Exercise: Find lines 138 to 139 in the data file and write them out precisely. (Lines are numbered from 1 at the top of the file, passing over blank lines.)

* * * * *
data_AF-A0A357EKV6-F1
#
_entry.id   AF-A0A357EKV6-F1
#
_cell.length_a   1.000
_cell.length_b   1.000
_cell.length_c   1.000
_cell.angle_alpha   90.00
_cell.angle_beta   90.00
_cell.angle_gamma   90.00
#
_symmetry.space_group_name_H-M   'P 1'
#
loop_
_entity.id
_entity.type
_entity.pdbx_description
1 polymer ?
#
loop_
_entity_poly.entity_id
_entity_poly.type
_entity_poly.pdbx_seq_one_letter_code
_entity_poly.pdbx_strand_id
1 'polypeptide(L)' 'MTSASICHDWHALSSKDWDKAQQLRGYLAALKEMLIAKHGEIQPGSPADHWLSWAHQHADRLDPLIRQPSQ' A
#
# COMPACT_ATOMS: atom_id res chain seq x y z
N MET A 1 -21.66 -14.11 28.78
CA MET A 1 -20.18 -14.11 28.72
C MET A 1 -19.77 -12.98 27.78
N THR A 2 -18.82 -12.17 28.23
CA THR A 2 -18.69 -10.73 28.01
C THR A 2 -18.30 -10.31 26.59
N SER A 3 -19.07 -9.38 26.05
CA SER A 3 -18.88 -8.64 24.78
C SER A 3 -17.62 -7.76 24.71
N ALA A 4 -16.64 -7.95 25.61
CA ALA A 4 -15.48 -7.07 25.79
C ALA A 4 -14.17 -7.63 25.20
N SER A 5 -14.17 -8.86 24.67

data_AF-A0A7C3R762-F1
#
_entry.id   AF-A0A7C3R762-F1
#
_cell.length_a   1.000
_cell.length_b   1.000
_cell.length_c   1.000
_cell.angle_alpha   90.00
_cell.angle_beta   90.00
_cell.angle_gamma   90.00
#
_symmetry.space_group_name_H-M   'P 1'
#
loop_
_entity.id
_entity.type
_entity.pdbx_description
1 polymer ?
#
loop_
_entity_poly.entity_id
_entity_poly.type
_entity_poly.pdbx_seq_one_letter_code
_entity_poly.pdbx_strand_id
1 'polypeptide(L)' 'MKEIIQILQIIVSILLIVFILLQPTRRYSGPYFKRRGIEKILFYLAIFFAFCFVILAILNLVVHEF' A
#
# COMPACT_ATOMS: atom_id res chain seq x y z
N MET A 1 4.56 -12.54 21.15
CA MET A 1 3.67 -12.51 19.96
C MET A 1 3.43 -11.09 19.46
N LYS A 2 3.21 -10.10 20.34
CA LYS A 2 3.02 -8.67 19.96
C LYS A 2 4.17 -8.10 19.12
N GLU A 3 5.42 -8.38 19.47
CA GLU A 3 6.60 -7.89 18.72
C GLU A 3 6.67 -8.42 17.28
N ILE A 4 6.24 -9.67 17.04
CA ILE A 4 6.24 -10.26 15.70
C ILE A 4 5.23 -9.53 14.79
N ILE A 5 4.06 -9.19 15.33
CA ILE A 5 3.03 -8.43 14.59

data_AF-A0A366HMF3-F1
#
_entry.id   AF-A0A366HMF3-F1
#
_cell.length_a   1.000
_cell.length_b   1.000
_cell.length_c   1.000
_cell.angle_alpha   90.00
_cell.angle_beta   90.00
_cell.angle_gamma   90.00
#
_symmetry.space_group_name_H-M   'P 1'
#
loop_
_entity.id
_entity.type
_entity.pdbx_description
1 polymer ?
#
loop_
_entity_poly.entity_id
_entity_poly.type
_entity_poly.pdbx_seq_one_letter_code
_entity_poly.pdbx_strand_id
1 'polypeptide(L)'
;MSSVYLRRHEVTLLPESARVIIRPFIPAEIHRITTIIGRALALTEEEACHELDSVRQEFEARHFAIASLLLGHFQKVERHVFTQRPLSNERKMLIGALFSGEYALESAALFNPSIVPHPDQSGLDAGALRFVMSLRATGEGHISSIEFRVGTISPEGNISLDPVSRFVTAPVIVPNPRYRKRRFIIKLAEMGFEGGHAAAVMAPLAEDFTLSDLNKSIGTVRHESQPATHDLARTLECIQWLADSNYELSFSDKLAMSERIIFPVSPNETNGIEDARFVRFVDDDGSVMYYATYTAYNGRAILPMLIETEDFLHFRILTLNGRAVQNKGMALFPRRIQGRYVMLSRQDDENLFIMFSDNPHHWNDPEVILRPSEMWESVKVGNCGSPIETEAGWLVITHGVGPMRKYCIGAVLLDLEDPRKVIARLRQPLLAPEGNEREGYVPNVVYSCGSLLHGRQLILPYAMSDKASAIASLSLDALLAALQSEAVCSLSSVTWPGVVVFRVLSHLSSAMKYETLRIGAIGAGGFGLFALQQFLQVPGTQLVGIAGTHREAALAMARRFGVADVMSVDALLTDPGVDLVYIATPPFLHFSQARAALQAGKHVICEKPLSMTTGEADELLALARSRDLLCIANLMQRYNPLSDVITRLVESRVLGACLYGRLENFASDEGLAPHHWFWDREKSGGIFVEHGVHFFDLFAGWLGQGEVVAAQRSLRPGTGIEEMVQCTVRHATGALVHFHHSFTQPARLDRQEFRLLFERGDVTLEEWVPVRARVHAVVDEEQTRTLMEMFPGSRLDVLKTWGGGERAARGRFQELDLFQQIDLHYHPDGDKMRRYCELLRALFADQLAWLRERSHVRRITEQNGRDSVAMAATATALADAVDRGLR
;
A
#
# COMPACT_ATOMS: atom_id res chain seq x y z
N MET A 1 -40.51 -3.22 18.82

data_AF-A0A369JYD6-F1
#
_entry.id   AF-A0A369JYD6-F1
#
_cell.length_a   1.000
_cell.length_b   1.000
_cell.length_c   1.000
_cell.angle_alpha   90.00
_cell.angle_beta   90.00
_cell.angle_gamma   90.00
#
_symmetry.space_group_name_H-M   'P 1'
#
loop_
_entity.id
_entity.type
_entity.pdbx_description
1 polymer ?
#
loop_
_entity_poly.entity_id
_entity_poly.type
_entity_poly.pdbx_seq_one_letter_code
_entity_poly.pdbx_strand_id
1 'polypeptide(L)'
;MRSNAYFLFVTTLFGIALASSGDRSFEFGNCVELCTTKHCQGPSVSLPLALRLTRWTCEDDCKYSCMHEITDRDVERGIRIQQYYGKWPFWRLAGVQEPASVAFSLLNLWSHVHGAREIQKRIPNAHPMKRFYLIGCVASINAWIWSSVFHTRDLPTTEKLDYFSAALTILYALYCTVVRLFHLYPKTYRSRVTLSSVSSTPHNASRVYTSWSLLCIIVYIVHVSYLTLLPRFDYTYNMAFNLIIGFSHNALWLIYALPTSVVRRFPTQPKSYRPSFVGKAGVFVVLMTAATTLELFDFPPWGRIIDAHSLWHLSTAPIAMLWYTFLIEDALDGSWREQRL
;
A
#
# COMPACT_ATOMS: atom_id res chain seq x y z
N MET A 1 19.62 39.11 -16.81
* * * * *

;MRSNAYFLFVTTLFGIALASSGDRSFEFGNCVELCTTKHCQGPSVSLPLALRLTRWTCEDDCKYSCMHEITDRDVERGIRIQQYYGKWPFWRLAGVQEPASVAFSLLNLWSHVHGAREIQKRIPNAHPMKRFYLIGCVASINAWIWSSVFHTRDLPTTEKLDYFSAALTILYALYCTVVRLFHLYPKTYRSRVTLSSVSSTPHNASRVYTSWSLLCIIVYIVHVSYLTLLPRFDYTYNMAFNLIIGFSHNALWLIYALPTSVVRRFPTQPKSYRPSFVGKAGVFVVLMTAATTLELFDFPPWGRIIDAHSLWHLSTAPIAMLWYTFLIEDALDGSWREQRL
;